Afghanistan’s health care system on the brink of collapse: Tedros |


This happened after the chief UN humanitarian representative Martin Griffiths announced that $ 45 million in emergency fund to support Afghanistan’s crumbling health care system

“It would be a disaster to break up Afghanistan’s health care system,” said Mr. Griffiths. “People across the country will be denied access to primary care such as emergency caesarean sections and trauma care.”

Kabul crisis

Repeating this message from the Afghan capital of Kabul, WHO CEO Tedros Adhanom Ghebreyesus said that cuts in international funding have forced health care providers to decide “who is saved and who is allowed to die”.“.

After meeting with high-level Taliban officials, medical workers and patients, Tedros explained that due to the lack of financial support for the country’s largest health project, Sekhetmandi, thousands of medical institutions are unable to buy medical supplies and pay salaries.

Less than one in five of the country’s facilities in Sekhetmandi remain open, the WHO chief said, although he said access to all communities “is no longer difficult”.

Lack of drugs

This disruption to the health system has a profound effect on the availability of basic and essential health care, as well as on emergency response, polio eradication and COVID-19 vaccinationTedros said amid reports of hacking into medical cold chain storage facilities.

Risk of COVID-19

The WHO chief also noted that nine of the 37 COVID-19 hospitals have already closed, and that “all aspects” of the country’s COVID-19 response have fallen, from surveillance to testing and vaccinations.

Amid concerns about women’s rights in the country following the appointment of an all-male Taliban interim cabinet earlier this month, Tedros insisted that women need access to education, health care and medical workforce

“With fewer operating health facilities and fewer female health workers coming to work, female patients are hesitant to seek help,” he said. “We are committed to working with partners to invest in health education for girls and women, and continue to train women health workers.”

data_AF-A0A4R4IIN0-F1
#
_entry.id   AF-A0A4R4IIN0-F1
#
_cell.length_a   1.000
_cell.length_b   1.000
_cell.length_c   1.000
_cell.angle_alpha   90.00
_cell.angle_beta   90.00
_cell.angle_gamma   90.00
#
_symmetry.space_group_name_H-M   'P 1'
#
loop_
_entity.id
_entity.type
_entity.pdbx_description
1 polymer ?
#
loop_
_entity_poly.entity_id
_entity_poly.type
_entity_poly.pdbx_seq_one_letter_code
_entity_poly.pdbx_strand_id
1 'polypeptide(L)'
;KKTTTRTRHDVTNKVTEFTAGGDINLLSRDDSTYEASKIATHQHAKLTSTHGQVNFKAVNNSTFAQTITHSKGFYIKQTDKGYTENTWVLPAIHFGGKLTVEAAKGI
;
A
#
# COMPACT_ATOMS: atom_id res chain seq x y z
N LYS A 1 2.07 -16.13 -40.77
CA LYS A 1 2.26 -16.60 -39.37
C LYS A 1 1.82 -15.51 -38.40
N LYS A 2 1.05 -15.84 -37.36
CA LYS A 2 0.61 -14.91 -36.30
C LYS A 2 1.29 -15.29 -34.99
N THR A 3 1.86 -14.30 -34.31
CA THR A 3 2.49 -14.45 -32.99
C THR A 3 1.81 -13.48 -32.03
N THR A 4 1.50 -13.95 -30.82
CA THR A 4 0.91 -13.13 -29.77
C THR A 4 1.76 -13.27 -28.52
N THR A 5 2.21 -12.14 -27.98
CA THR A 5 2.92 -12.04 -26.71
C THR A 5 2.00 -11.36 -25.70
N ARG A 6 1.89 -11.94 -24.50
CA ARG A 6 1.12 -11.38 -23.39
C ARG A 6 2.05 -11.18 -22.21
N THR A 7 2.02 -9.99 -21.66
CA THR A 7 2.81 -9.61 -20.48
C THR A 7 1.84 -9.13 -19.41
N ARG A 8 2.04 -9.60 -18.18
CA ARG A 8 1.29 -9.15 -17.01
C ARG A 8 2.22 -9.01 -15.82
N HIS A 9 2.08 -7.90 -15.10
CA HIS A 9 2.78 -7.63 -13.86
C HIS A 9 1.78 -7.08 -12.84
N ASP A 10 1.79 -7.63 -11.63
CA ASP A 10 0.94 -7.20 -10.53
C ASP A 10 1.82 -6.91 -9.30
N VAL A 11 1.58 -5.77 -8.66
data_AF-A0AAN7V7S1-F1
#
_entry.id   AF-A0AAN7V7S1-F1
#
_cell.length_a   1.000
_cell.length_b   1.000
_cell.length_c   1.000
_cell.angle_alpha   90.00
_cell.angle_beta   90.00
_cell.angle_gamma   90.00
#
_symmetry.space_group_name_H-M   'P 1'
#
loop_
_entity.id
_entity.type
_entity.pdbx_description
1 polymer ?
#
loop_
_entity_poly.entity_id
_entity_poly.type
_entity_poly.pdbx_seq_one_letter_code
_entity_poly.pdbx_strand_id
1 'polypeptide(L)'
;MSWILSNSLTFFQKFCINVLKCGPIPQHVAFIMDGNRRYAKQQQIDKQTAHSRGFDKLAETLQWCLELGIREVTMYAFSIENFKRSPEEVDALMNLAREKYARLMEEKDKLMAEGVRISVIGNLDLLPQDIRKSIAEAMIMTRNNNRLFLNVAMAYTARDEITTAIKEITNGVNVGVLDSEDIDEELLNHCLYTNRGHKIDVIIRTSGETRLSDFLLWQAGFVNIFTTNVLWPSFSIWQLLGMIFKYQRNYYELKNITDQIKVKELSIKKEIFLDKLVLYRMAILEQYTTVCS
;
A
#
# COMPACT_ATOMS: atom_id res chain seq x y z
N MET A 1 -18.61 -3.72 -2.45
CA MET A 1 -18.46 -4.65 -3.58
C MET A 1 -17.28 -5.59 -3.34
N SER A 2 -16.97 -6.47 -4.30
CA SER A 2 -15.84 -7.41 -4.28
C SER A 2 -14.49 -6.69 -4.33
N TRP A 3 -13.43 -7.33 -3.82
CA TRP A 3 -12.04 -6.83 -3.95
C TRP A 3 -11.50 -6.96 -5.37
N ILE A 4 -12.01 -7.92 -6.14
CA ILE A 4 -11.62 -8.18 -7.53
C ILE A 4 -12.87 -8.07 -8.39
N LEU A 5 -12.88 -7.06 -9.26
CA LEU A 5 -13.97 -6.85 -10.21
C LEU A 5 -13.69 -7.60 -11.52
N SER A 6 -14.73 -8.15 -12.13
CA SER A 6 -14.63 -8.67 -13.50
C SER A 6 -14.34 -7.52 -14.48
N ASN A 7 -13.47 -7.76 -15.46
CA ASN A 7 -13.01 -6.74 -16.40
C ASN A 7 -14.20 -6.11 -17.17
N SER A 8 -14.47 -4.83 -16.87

Through its operations in Afghanistan, WHO supports an extensive trauma program that includes training, supplies and equipment for 130 hospitals and 67 blood banks.

Infection with COVID-19 vaccine

WHO data showed that 2.2 million people had been vaccinated against the new virus before the Taliban came to power on August 15. coronavirus in Afghanistan.

“The number of vaccinations has dropped dramatically in recent weeks, while 1.8 million doses of COVID-19 vaccine in the country remain unused,” Tedros said. “Fast action is needed to use these doses in the coming weeks and work towards the goal of vaccinating at least 20 percent of the population by the end of the year.”

The senior WHO official also called for renewed action to eradicate polio in Afghanistan, one of only two countries where the disease remains endemic.

The WHO Director-General has warned that measles is also spreading, but he said that access to all communities was now possible. “While only one case of wild poliovirus has been reported this year, up from 56 in 2020, now is the best time to eradicate polio,” Tedros said. “However, the polio program will have a difficult time responding if the basic immunization infrastructure begins to collapse around it.”

This means WHO and partners can launch a polio vaccination campaign across the country, combining measles and COVID vaccinations, he explained.


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